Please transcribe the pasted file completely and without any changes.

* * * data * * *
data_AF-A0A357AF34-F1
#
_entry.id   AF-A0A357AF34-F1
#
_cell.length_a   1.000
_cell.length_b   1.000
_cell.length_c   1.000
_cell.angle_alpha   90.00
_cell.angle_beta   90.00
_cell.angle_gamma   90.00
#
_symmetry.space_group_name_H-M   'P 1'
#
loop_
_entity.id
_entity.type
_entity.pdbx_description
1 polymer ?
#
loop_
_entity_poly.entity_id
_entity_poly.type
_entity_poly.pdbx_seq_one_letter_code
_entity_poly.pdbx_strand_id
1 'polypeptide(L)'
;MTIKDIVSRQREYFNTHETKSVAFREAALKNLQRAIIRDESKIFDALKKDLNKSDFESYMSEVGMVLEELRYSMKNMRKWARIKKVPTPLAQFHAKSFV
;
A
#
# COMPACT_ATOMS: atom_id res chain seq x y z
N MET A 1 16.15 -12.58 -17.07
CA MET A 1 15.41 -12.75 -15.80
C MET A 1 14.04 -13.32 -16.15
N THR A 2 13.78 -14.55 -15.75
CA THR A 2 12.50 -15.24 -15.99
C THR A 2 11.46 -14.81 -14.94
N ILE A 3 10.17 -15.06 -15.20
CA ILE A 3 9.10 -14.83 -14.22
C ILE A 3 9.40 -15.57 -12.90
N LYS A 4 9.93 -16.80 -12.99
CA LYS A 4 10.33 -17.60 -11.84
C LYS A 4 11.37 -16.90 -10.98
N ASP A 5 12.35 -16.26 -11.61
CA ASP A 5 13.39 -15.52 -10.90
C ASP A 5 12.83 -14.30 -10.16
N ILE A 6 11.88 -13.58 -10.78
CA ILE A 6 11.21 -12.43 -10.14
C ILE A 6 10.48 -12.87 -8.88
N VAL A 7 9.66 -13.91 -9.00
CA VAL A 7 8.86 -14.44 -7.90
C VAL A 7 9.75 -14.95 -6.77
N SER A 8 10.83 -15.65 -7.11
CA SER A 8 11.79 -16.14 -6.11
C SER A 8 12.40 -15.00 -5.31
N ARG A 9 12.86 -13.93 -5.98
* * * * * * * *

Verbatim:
data_AF-A0A357AF34-F1
#
_entry.id   AF-A0A357AF34-F1
#
_cell.length_a   1.000
_cell.length_b   1.000
_cell.length_c   1.000
_cell.angle_alpha   90.00
_cell.angle_beta   90.00
_cell.angle_gamma   90.00
#
_symmetry.space_group_name_H-M   'P 1'
#
loop_
_entity.id
_entity.type
_entity.pdbx_description
1 polymer ?
#
loop_
_entity_poly.entity_id
_entity_poly.type
_entity_poly.pdbx_seq_one_letter_code
_entity_poly.pdbx_strand_id
1 'polypeptide(L)'
;MTIKDIVSRQREYFNTHETKSVAFREAALKNLQRAIIRDESKIFDALKKDLNKSDFESYMSEVGMVLEELRYSMKNMRKWARIKKVPTPLAQFHAKSFV
;
A
#
# COMPACT_ATOMS: atom_id res chain seq x y z
N MET A 1 16.15 -12.58 -17.07
CA MET A 1 15.41 -12.75 -15.80
C MET A 1 14.04 -13.32 -16.15
N THR A 2 13.78 -14.55 -15.75
CA THR A 2 12.50 -15.24 -15.99
C THR A 2 11.46 -14.81 -14.94
N ILE A 3 10.17 -15.06 -15.20
CA ILE A 3 9.10 -14.83 -14.22
C ILE A 3 9.40 -15.57 -12.90
N LYS A 4 9.93 -16.80 -12.99
CA LYS A 4 10.33 -17.60 -11.84
C LYS A 4 11.37 -16.90 -10.98
N ASP A 5 12.35 -16.26 -11.61
CA ASP A 5 13.39 -15.52 -10.90
C ASP A 5 12.83 -14.30 -10.16
N ILE A 6 11.88 -13.58 -10.78
CA ILE A 6 11.21 -12.43 -10.14
C ILE A 6 10.48 -12.87 -8.88
N VAL A 7 9.66 -13.91 -9.00
CA VAL A 7 8.86 -14.44 -7.90
C VAL A 7 9.75 -14.95 -6.77
N SER A 8 10.83 -15.65 -7.11
CA SER A 8 11.79 -16.14 -6.11
C SER A 8 12.40 -15.00 -5.31
N ARG A 9 12.86 -13.93 -5.98